[Note added by SaveChatfield.org: Colorado Parks and Wildlife (CPW) has issued a list of anticipated impacts that Chatfield Water Reallocation would have on recreation, fish and wildlife. The list below is a version of the CPW list that has been reformatted to facilitate display on the web. A copy of the original PDF version of the CPW list is available here.]
ANTICIPATED RECREATIONAL IMPACTS
- Chatfield Reservoir typically fluctuates no more than 5 feet in elevation from Memorial Day to Labor Day, which means that recreational facilities, shade trees and parking areas are located in close proximity to the water. Reservoir fluctuations over this same time period will increase up to 17 vertical feet if the reallocation is approved, greatly increasing the horizontal distance to the water from recreational facilities, shade trees and parking areas.
- Most of the existing recreational facilities, day use areas, associated infrastructure and 587 acres of recreational land will become unusable for recreational purposes due to periodic inundation.
- Additional recreational land will become unusable for recreational purposes if proposed borrow pit areas are too large or improperly restored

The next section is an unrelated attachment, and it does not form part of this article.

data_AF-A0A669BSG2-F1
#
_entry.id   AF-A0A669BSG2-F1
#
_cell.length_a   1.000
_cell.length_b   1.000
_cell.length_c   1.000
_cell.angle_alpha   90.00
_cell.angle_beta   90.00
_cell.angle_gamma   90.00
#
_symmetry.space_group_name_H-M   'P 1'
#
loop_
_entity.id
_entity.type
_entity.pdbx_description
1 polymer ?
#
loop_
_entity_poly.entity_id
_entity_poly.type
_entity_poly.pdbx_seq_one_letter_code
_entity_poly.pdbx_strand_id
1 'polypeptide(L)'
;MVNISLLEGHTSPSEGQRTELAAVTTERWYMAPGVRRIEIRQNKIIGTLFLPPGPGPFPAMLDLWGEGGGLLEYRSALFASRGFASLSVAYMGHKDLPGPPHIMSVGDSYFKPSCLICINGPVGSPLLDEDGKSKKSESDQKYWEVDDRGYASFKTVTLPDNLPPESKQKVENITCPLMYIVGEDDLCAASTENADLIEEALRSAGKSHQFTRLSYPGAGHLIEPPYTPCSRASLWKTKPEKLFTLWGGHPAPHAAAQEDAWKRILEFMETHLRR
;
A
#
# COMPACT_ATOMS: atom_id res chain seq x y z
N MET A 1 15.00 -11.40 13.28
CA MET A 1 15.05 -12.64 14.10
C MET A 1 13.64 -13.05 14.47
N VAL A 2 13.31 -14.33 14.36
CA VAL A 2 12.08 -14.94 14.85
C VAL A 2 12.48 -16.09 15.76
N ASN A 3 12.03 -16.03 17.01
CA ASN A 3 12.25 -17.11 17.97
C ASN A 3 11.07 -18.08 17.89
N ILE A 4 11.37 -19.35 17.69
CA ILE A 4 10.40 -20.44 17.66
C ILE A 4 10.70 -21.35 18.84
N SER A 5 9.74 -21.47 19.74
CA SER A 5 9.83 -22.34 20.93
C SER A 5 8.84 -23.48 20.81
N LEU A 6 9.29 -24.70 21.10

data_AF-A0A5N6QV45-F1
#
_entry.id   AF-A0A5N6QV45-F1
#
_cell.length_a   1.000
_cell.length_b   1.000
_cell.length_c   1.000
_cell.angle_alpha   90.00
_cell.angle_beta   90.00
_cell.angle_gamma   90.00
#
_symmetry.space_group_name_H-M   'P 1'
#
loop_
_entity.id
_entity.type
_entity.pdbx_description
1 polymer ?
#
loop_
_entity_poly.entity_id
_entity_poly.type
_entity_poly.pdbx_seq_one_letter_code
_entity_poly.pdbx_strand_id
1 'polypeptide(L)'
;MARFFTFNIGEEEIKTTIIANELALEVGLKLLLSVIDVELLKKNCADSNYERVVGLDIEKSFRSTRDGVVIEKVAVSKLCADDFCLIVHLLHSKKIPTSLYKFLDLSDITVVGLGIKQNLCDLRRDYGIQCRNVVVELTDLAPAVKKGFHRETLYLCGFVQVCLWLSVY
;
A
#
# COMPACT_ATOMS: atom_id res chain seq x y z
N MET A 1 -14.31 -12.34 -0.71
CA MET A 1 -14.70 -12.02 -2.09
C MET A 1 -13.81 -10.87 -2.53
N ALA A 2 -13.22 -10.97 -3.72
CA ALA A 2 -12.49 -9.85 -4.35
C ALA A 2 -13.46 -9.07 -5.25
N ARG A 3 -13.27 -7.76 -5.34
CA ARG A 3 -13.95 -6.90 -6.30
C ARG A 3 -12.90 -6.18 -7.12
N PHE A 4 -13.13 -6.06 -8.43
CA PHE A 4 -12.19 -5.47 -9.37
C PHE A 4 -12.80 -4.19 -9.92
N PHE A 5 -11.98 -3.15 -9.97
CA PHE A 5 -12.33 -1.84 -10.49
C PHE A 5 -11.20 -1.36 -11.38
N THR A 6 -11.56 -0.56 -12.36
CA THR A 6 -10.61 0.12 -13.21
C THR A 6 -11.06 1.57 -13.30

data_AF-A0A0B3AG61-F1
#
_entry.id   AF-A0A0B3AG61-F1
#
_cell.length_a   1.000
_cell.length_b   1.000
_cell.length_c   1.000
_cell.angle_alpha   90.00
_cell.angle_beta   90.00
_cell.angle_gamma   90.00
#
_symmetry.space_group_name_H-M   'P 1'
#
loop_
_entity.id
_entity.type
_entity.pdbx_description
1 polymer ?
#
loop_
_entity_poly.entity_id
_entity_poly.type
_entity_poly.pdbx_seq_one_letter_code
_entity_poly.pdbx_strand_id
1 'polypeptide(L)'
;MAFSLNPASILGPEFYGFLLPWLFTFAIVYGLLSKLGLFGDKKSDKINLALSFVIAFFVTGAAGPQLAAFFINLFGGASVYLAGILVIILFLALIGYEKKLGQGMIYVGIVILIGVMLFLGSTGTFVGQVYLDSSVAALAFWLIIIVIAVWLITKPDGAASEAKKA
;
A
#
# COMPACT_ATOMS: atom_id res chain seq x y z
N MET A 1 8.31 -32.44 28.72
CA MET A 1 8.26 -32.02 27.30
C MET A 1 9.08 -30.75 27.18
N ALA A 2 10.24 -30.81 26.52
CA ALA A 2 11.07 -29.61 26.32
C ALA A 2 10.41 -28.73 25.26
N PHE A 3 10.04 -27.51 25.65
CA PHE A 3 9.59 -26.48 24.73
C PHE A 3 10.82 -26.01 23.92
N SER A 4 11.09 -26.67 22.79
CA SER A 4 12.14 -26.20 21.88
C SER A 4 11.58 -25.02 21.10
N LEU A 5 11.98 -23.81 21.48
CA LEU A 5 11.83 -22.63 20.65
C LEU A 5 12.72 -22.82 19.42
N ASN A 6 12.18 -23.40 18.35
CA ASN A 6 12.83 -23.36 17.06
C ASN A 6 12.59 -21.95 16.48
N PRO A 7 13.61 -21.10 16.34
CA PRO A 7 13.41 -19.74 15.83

- Less wildlife habitat and natural shade for park visitors due to the Complete or significant loss of mature cottonwood trees located within the reallocated storage space.
- Visitors will have to walk farther from the day use areas, restrooms and parking lots to access the water because these facilities will be moved to the top of the reallocated storage space and, in most years, there will not be enough water available in priority to keep the reallocated storage space full.
- Certain areas within Chatfield State Park will become more crowded because visitors will preferentially use relocated day use areas that are closer in overall distance to the water level and make less use of day use areas farther from the water.
- The reallocated storage space is located at an elevation within Chatfield Reservoir with more gentle topography, creating shallow water levels with increased boating hazards. Consequently, no additional boatable acreage for motorized vessels is expected to be created within Chatfield Reservoir.